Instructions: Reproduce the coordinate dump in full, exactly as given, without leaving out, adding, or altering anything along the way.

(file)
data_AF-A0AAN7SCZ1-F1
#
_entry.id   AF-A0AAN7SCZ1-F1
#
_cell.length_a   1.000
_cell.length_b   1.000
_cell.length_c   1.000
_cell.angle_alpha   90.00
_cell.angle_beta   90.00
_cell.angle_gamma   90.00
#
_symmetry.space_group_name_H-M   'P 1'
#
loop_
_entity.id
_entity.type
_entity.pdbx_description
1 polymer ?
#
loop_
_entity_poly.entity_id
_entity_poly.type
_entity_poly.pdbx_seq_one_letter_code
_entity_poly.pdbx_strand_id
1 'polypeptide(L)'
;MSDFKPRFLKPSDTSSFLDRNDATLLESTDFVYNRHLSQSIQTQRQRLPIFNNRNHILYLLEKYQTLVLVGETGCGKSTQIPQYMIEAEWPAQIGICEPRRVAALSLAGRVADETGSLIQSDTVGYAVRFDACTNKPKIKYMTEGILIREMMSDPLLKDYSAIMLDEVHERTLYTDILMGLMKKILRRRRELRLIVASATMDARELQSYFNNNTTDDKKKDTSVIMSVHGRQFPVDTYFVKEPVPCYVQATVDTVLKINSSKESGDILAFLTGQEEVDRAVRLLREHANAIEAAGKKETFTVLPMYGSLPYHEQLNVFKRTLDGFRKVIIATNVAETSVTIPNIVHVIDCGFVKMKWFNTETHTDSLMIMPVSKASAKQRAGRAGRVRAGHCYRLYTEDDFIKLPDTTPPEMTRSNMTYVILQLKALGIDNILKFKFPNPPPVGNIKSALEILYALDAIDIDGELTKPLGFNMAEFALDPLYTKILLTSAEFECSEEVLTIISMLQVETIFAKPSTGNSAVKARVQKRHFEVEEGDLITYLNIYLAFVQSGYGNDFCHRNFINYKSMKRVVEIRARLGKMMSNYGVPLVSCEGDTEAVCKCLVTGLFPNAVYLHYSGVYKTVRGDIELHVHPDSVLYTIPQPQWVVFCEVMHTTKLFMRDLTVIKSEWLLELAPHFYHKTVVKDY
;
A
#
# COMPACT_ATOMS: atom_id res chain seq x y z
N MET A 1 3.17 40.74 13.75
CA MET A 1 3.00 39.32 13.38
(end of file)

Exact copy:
data_AF-A0AAN7SCZ1-F1
#
_entry.id   AF-A0AAN7SCZ1-F1
#
_cell.length_a   1.000
_cell.length_b   1.000
_cell.length_c   1.000
_cell.angle_alpha   90.00
_cell.angle_beta   90.00
_cell.angle_gamma   90.00
#
_symmetry.space_group_name_H-M   'P 1'
#
loop_
_entity.id
_entity.type
_entity.pdbx_description
1 polymer ?
#
loop_
_entity_poly.entity_id
_entity_poly.type
_entity_poly.pdbx_seq_one_letter_code
_entity_poly.pdbx_strand_id
1 'polypeptide(L)'
;MSDFKPRFLKPSDTSSFLDRNDATLLESTDFVYNRHLSQSIQTQRQRLPIFNNRNHILYLLEKYQTLVLVGETGCGKSTQIPQYMIEAEWPAQIGICEPRRVAALSLAGRVADETGSLIQSDTVGYAVRFDACTNKPKIKYMTEGILIREMMSDPLLKDYSAIMLDEVHERTLYTDILMGLMKKILRRRRELRLIVASATMDARELQSYFNNNTTDDKKKDTSVIMSVHGRQFPVDTYFVKEPVPCYVQATVDTVLKINSSKESGDILAFLTGQEEVDRAVRLLREHANAIEAAGKKETFTVLPMYGSLPYHEQLNVFKRTLDGFRKVIIATNVAETSVTIPNIVHVIDCGFVKMKWFNTETHTDSLMIMPVSKASAKQRAGRAGRVRAGHCYRLYTEDDFIKLPDTTPPEMTRSNMTYVILQLKALGIDNILKFKFPNPPPVGNIKSALEILYALDAIDIDGELTKPLGFNMAEFALDPLYTKILLTSAEFECSEEVLTIISMLQVETIFAKPSTGNSAVKARVQKRHFEVEEGDLITYLNIYLAFVQSGYGNDFCHRNFINYKSMKRVVEIRARLGKMMSNYGVPLVSCEGDTEAVCKCLVTGLFPNAVYLHYSGVYKTVRGDIELHVHPDSVLYTIPQPQWVVFCEVMHTTKLFMRDLTVIKSEWLLELAPHFYHKTVVKDY
;
A
#
# COMPACT_ATOMS: atom_id res chain seq x y z
N MET A 1 3.17 40.74 13.75
CA MET A 1 3.00 39.32 13.38